Principal Risks: All investing involves risks of fluctuating prices and the uncertainties of rates of return and yield. High-Yield Securities, or “junk bonds,” are rated lower than investment-grade bonds because there is a greater possibility that the issuer may be unable to make interest and principal payments on those securities. To the extent that the Fund invests in Mortgage-Related Securities, its exposure to prepayment and extension risks may be greater than investments in other fixed-income securities. The Fund may use Derivatives, such as options and futures, which can be illiquid, may disproportionately increase losses and have a potentially large impact on Fund performance. Foreign Investing poses special risks including currency fluctuation, economic and political risks not found in investments that are solely domestic. As Interest Rates rise, bond prices fall, reducing the value of the Fund’s share price. Other risks of the Fund include but are not limited to: Credit Risks, Extension Risks, Investment Models Risks, Municipal Securities Risks, Other Investment Companies’ Risks, Prepayment Risks, Price Volatility Risks, U.S. Government Securities and Obligations Risks, Debt Risks, Liquidity Risks, Portfolio Turnover Risks, and Securities Lending Risks. An investment in the Fund is not a bank deposit and is not insured by the Federal Deposit Insurance Corporation, the Federal Reserve Board or any other government agency.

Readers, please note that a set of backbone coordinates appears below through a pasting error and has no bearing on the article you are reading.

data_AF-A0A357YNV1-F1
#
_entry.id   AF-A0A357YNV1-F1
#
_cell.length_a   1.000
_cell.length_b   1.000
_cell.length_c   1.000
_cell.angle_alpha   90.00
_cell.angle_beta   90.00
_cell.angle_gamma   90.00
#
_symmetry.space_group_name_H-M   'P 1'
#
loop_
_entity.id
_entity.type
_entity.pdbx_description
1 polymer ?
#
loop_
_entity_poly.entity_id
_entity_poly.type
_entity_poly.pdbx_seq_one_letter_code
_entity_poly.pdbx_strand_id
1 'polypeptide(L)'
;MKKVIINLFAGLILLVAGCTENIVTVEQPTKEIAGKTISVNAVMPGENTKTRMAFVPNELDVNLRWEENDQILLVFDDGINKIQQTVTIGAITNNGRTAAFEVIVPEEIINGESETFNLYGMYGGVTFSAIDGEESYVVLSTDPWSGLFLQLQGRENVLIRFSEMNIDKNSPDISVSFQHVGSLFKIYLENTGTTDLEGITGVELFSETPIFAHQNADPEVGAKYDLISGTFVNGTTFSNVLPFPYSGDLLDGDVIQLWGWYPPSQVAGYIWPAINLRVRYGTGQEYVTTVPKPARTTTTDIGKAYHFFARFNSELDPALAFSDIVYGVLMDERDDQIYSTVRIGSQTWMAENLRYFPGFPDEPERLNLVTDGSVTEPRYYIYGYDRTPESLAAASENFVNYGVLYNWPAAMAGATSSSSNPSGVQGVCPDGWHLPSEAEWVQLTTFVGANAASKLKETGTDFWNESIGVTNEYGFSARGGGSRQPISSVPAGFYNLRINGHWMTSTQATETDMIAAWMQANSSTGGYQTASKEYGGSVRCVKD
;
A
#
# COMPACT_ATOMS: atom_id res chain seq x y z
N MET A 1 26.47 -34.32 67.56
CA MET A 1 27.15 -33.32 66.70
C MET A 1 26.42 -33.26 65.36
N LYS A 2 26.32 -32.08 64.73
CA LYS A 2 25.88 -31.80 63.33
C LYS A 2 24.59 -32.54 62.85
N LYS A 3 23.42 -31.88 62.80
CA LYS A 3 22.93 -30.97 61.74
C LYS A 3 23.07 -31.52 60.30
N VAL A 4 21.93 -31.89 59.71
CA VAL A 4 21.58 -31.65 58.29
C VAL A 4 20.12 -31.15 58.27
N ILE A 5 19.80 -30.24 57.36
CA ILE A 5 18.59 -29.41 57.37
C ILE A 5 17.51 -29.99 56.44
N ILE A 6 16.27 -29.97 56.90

The strategy employs a quantitative investment process. The process is based on a collection of proprietary computer programs, or models, that calculate expected return rankings based on variables such as earnings growth prospects, valuation, and relative strength. Portfolio construction uses a traditional optimizer that maximizes expected return of the portfolio, while managing tracking error.

Data imprecision, software or other technology malfunctions, programming inaccuracies and similar circumstances may impair the performance of these systems, which may negatively affect Fund performance. Furthermore, there can be no assurance that the quantitative models used in managing the Fund will perform as anticipated or enable the Fund to achieve its objective.